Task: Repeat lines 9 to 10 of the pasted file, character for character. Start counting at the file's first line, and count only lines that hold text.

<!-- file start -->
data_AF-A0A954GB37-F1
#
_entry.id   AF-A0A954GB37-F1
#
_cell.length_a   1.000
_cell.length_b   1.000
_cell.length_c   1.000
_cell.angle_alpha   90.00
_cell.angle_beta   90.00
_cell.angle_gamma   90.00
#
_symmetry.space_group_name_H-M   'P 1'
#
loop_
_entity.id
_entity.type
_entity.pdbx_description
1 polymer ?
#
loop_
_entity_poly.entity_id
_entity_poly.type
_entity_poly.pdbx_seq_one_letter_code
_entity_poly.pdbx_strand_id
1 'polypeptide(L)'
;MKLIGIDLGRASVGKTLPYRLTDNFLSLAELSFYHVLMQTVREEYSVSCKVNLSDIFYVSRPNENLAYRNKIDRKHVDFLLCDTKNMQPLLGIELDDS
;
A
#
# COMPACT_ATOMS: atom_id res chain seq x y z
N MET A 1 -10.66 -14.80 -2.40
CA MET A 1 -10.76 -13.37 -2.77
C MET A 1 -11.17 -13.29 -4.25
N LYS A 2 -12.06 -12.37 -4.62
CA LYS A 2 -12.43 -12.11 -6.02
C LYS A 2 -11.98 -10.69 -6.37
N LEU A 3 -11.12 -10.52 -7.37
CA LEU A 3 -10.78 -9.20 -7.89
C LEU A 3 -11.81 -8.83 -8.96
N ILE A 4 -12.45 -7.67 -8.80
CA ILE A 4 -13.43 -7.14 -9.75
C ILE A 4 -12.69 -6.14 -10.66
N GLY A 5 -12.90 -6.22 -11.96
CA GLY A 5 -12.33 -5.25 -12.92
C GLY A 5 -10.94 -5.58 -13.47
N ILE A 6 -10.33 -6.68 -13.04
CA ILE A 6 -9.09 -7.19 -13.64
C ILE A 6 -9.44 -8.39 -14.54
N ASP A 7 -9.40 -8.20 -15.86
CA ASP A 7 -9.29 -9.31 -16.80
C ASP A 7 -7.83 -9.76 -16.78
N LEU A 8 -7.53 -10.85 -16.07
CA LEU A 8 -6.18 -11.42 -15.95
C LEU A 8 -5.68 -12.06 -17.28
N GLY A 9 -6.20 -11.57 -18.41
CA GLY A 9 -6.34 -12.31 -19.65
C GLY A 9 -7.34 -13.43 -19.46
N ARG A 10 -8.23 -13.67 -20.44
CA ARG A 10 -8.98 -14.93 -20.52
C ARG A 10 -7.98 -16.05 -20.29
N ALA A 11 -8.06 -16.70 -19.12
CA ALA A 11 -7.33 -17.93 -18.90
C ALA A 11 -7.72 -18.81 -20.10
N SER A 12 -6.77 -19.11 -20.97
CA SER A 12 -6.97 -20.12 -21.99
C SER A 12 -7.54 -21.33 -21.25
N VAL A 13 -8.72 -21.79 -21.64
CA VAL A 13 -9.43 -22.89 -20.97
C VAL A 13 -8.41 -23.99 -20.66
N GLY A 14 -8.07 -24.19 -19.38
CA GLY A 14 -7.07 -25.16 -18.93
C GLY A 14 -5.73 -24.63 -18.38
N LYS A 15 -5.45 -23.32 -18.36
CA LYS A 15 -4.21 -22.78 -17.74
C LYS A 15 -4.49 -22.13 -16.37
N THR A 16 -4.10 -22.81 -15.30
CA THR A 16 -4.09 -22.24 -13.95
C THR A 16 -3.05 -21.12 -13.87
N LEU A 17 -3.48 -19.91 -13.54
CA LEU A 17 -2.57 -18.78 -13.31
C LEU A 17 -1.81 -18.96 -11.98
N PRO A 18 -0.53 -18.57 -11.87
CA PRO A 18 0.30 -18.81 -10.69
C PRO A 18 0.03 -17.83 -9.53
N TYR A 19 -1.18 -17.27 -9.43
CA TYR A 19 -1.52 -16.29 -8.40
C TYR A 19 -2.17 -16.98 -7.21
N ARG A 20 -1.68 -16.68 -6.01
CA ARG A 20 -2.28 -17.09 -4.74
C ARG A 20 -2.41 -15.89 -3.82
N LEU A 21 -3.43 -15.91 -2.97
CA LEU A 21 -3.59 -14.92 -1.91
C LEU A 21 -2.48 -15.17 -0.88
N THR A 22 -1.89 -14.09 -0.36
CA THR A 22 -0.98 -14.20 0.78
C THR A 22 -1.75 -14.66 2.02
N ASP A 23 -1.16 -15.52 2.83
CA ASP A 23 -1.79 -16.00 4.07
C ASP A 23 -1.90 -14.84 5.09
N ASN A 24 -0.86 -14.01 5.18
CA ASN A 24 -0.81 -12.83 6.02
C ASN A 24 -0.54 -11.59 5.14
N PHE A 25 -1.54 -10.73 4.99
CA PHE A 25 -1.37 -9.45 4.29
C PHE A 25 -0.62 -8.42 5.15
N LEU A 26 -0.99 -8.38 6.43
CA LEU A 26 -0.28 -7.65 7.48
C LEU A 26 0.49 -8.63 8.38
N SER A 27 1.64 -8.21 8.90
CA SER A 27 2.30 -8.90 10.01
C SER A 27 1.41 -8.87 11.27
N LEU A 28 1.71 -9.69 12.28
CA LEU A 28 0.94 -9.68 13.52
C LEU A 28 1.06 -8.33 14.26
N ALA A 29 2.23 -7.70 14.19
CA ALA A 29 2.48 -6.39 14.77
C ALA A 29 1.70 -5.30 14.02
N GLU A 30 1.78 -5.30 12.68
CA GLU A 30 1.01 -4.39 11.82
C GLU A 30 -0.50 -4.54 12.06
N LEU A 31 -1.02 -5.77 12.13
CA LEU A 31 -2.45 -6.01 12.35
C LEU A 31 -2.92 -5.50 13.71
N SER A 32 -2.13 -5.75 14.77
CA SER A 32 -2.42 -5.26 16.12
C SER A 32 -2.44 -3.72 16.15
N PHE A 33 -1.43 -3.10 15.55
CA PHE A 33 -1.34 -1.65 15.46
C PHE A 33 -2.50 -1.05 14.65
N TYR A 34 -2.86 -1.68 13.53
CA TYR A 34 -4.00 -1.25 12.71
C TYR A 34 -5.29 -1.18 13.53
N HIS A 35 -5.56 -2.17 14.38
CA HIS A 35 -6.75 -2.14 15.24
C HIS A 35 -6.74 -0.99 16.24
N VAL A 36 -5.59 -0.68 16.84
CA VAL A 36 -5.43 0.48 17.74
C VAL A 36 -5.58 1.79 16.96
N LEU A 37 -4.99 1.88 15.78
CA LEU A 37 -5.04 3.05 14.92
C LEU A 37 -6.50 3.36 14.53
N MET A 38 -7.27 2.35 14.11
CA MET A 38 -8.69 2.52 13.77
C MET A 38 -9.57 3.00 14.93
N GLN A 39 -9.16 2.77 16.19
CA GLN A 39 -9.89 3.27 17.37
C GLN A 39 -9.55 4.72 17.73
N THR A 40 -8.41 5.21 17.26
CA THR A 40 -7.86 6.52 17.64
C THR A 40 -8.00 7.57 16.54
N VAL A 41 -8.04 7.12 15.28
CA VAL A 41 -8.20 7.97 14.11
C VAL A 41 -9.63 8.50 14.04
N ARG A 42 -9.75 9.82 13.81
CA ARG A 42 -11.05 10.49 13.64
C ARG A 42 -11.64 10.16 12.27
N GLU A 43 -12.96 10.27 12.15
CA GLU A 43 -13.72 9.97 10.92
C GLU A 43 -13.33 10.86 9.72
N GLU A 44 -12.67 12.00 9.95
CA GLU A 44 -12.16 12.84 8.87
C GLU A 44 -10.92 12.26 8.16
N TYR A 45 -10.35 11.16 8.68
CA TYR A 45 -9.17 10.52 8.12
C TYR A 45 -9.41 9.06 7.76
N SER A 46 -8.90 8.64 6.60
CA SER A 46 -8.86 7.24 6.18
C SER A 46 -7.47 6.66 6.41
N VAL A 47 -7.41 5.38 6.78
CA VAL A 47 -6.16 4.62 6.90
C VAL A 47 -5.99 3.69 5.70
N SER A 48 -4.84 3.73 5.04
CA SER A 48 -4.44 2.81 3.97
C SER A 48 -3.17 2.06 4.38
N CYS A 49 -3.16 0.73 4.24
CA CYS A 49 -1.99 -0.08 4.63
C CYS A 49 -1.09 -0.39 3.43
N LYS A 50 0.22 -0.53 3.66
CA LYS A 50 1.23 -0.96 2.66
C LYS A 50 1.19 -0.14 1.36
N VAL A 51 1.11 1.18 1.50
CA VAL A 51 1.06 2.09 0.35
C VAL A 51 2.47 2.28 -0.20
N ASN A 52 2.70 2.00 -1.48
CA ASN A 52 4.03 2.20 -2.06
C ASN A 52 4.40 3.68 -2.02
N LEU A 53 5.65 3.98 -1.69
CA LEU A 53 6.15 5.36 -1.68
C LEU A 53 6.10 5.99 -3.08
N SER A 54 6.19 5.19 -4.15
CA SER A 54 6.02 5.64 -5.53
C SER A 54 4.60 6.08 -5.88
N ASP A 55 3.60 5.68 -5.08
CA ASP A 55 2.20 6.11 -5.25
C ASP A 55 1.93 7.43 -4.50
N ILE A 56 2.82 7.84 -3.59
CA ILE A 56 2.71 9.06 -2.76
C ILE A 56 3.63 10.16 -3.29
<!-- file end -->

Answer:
_cell.angle_beta   90.00
_cell.angle_gamma   90.00